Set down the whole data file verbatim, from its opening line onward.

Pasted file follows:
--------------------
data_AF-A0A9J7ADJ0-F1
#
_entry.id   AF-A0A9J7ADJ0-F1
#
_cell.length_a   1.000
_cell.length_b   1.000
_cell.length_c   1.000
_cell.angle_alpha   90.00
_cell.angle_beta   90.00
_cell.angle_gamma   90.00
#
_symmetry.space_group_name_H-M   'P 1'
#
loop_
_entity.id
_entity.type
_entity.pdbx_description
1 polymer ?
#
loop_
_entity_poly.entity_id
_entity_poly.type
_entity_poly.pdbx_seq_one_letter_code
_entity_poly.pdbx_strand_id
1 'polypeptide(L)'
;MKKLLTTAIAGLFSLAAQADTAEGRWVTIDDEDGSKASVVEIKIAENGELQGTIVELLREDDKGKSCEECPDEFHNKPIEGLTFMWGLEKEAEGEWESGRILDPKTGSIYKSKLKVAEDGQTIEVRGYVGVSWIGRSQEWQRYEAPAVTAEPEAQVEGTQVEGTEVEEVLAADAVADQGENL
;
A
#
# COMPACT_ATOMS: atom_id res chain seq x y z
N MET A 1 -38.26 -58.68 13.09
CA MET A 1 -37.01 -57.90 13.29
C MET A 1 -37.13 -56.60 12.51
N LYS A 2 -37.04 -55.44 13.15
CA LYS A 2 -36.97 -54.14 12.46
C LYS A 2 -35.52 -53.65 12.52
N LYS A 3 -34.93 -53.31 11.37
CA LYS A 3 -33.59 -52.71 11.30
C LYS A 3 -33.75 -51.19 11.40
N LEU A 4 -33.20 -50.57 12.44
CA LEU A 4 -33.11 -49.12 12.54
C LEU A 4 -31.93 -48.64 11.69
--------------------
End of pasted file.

data_AF-A0A9J7ADJ0-F1
#
_entry.id   AF-A0A9J7ADJ0-F1
#
_cell.length_a   1.000
_cell.length_b   1.000
_cell.length_c   1.000
_cell.angle_alpha   90.00
_cell.angle_beta   90.00
_cell.angle_gamma   90.00
#
_symmetry.space_group_name_H-M   'P 1'
#
loop_
_entity.id
_entity.type
_entity.pdbx_description
1 polymer ?
#
loop_
_entity_poly.entity_id
_entity_poly.type
_entity_poly.pdbx_seq_one_letter_code
_entity_poly.pdbx_strand_id
1 'polypeptide(L)'
;MKKLLTTAIAGLFSLAAQADTAEGRWVTIDDEDGSKASVVEIKIAENGELQGTIVELLREDDKGKSCEECPDEFHNKPIEGLTFMWGLEKEAEGEWESGRILDPKTGSIYKSKLKVAEDGQTIEVRGYVGVSWIGRSQEWQRYEAPAVTAEPEAQVEGTQVEGTEVEEVLAADAVADQGENL
;
A
#
# COMPACT_ATOMS: atom_id res chain seq x y z
N MET A 1 -38.26 -58.68 13.09
CA MET A 1 -37.01 -57.90 13.29
C MET A 1 -37.13 -56.60 12.51
N LYS A 2 -37.04 -55.44 13.15
CA LYS A 2 -36.97 -54.14 12.46
C LYS A 2 -35.52 -53.65 12.52
N LYS A 3 -34.93 -53.31 11.37
CA LYS A 3 -33.59 -52.71 11.30
C LYS A 3 -33.75 -51.19 11.40
N LEU A 4 -33.20 -50.57 12.44
CA LEU A 4 -33.11 -49.12 12.54
C LEU A 4 -31.93 -48.64 11.69